"Oh, come now," the rajah said merrily. "You are jesting with me. Even if they are blind, how can they not know what an elephant is?"
"They live in a part of your realm where elephants are not used," the vizier said. "They have heard rumors of a thing called an elephant, but none of them knows what an elephant actually is."
"So you have brought them here to encounter an elephant?" the rajah asked.
"Yes," the vizier replied, "and so that they can report to you their findings on what an elephant is."
They then watched in silence as the guide led the blind man to the elephant.
"Woops!" the blind man said as, tripping over some imperfection in the smoothness of the ground and nearly falling, he grabbed one of the elephant’s legs and regained his balance. He moved back the way he had come and his guide led him before the rajah, to whom he said, "It seems very clear to me, Your Majesty, that the elephant is a species of tree."
The rajah thanked the man for his information and gave him a handful of rupees to reward his effort. After the guide led the blind man out by a different way, the second blind man was led into the courtyard and to the elephant.
"Ow!" the blind man exclaimed as the elephant’s tail slapped his cheek. He sidled away from the elephant and his guide led him before the rajah, to whom he said, "Well, Your Majesty, it seems to me that the elephant is simply a kind of fly-whisk."
The rajah thanked the man for his information and gave him a handful of rupees to reward his effort. After the guide led the blind man out by a different way, the third blind man was led into the courtyard and to the elephant.
"Ooh!" the blind man enthused as his hands came upon one of the elephant’s tusks. He stepped away and his guide led him before the rajah, to whom he said, "Oh, indeed, Your Most Glorious Majesty, I have perceived that the elephant is a kind of heavy spear."
The rajah thanked the man for his information and gave him a handful of rupees to reward his effort. After the guide led the blind man out by a different way, the fourth blind man was led into the courtyard and to the elephant.
"Unh!!" the blind man grunted as he walked into the elephant’s side. He moved away from the elephant and his guide led him before the rajah, to whom he said, "Yes, Your Majesty, it is clear to me that the elephant is simply a kind of wall."
The rajah thanked the man for his information and gave him a handful of rupees to reward his effort. After the guide led the blind man out by a different way, the fifth blind man was led into the courtyard and to the elephant.
"Aiiyee!!" the blind man shrieked as he caught hold of the elephant’s writhing trunk and then reeled away from the elephant, nearly falling over as he did so. His guide rescued him and led him before the rajah, to whom he said, in a fear-shaken voice, "the elephant, Your Majesty, the elephant is indeed a kind of snake!"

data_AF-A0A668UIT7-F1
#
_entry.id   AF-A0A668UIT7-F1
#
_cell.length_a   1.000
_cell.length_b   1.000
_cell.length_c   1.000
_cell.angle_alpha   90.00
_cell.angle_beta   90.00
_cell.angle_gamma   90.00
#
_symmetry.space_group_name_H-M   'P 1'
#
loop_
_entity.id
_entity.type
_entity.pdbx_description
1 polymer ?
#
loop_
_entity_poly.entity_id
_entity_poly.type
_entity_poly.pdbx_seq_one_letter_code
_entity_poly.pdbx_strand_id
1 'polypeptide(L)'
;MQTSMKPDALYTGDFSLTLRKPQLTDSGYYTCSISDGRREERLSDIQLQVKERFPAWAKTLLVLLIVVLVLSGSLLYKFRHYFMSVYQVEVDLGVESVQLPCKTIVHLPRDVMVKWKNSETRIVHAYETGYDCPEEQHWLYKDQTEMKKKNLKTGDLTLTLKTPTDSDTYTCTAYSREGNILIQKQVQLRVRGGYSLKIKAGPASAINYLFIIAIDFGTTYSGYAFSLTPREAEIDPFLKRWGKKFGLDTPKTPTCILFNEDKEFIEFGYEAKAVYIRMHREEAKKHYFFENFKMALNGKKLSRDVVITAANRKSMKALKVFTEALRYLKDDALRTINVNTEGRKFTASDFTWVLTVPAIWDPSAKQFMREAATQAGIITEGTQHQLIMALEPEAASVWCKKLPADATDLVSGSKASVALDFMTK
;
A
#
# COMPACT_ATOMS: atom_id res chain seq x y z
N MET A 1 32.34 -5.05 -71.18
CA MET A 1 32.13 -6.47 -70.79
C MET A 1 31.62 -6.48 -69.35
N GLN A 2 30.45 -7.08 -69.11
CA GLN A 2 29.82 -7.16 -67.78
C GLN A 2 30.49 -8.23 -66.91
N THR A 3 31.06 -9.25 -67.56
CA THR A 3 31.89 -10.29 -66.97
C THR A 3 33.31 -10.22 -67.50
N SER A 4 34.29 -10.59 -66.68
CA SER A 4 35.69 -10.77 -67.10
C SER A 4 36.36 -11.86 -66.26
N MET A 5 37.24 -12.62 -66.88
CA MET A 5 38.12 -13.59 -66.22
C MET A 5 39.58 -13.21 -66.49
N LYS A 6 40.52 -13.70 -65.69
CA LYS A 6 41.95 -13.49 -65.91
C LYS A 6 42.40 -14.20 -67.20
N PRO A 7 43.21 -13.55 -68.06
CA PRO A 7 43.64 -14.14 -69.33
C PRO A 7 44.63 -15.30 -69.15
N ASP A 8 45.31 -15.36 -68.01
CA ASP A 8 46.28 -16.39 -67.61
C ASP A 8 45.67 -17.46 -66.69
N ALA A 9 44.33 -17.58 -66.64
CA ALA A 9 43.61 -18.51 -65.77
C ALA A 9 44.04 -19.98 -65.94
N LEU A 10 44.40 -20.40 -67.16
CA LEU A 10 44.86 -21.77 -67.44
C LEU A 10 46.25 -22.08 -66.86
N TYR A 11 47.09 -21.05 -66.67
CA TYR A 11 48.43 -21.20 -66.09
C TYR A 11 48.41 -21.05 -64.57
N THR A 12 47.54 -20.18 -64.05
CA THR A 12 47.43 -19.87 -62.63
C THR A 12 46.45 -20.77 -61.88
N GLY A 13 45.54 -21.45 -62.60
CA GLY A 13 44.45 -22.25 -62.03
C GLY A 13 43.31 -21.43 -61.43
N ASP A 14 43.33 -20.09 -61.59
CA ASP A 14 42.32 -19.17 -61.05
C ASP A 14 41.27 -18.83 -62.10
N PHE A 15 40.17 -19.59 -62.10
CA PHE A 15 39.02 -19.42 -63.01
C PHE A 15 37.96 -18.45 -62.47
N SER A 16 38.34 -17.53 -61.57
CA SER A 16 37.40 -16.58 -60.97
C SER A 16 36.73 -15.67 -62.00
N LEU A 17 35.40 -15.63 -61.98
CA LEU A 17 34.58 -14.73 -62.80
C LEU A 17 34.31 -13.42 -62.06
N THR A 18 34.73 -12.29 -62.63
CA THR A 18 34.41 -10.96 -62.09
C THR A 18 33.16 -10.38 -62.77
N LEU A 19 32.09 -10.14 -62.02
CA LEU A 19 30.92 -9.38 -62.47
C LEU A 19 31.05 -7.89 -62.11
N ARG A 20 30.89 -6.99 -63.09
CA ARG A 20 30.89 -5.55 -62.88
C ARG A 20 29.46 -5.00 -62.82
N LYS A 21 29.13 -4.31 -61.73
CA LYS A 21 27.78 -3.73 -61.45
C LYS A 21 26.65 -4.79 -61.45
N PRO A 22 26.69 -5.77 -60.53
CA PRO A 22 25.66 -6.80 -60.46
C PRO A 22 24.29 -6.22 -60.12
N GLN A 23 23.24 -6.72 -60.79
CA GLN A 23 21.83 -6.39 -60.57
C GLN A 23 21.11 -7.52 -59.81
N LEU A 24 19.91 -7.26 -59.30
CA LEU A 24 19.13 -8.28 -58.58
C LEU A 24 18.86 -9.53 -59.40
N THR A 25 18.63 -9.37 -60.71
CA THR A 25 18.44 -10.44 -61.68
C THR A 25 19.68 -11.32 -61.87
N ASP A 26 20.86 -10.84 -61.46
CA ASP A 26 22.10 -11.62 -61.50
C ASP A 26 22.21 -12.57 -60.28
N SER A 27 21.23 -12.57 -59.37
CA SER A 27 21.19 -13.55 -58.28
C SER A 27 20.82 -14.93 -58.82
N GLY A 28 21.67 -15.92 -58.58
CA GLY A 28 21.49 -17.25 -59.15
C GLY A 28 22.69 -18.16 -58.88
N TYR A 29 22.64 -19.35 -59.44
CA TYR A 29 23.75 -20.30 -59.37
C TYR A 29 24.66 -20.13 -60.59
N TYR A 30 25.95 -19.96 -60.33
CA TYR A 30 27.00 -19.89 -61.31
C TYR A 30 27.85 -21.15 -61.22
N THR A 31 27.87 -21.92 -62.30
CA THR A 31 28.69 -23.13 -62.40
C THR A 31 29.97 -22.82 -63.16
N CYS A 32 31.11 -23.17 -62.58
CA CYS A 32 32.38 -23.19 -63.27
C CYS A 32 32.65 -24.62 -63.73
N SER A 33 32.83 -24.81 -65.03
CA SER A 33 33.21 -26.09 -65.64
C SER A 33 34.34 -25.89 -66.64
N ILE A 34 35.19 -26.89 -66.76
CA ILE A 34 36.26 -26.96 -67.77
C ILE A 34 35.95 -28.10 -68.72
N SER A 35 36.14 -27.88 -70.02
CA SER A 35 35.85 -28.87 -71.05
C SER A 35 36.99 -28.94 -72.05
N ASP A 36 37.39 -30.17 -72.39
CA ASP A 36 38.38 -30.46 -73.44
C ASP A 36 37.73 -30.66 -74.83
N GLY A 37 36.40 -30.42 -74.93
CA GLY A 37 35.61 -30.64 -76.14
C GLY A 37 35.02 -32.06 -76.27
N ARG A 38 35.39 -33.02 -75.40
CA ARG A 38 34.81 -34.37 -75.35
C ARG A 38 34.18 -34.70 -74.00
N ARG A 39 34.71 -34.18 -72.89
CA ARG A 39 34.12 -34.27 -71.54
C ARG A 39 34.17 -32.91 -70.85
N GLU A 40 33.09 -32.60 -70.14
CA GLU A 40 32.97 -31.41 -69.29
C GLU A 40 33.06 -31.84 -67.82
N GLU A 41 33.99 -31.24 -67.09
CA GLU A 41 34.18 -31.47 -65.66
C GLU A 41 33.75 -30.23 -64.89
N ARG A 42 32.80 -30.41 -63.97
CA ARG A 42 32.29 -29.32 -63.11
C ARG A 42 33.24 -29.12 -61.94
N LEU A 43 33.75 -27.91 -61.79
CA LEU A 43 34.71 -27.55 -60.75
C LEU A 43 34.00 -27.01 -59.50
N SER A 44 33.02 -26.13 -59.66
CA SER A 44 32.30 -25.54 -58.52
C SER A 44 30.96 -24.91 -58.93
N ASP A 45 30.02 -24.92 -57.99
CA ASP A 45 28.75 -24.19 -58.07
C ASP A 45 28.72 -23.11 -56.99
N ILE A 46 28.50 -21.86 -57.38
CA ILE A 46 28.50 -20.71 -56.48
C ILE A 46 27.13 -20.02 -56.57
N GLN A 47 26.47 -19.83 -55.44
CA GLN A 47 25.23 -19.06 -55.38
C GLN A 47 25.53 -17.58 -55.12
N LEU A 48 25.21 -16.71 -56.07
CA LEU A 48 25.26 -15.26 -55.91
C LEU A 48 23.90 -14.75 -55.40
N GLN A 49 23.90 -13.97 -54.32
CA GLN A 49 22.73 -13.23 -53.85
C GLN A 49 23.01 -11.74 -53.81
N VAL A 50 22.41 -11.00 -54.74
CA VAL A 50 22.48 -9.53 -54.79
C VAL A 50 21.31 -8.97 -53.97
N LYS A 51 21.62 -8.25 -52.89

The rajah thanked the man for his information and gave him a handful of rupees to reward his effort. After the guide led the blind man out by a different way, the rajah thanked his vizier for the entertainment and, feeling somewhat refreshed, he went back into his palace.
Later that day, before the time that the vizier had set for the theologians to return to the palace, worry returned to the rajah. To sooth himself and to abate his anxiety he went to an upper level of the palace with his vizier and strolled along a walkway that was hidden from view behind ornate screens. They came to the place where the walkway had a broad view over the city and looked down into the public square in front of the palace. There they paused.
Standing looking out over the city, the rajah saw the blind men in the square before his palace. He saw that they were arguing quite heatedly over some topic that seemed very important to them. From little snatches of the conversation that came to him on the breeze he discerned that they were arguing over the nature of the elephant. Each seemed determined to convince the others and none was succeeding.
And then he saw, on the opposite side of the square, where they were waiting for their next audiences with him, the theologians. They were also arguing with each other. Indeed, but for their clothing, he would not have been able to tell which group was which.
He turned toward his vizier with an odd smile decorating his face. "God is an elephant?!" he said.
The vizier smiled and bowed. "In a manner of speaking, Your Majesty," he said.
"I see," the rajah said.
And indeed he did. So he returned to his audience chamber and had the theologians brought before him. He told them that he would not endorse any one of their beliefs, but that they remained free to talk to his subjects and share their beliefs.
"Each of my subjects will decide for themself what they will believe," the rajah said. "I will not tell them how to think in this matter."
The theologians then left, each going his own way. They went away saddened because now they faced a difficult task. They would have to spend their time, day after day, talking to people, one at a time, and explaining their beliefs. Or they could go back to farming. It was not a hard decision to make.
And thus the little rajahstan settled back into its natural state of peace and happiness.
Five blind men groped an elephant and argued all day long;
for while each was partly right, they were all completely wrong.
No amount of arguing could make those men agree.
Each was firmly convinced he knew that which he could not see.
Rivers, bayous, creeks, and streams; by different names they go.
And yet in one way they’re all the same; in each does water flow.
All religions act as channels of faith, though none should think it odd
that, like the rivers that flow to the sea, all lead to the very same God.
Back to Contents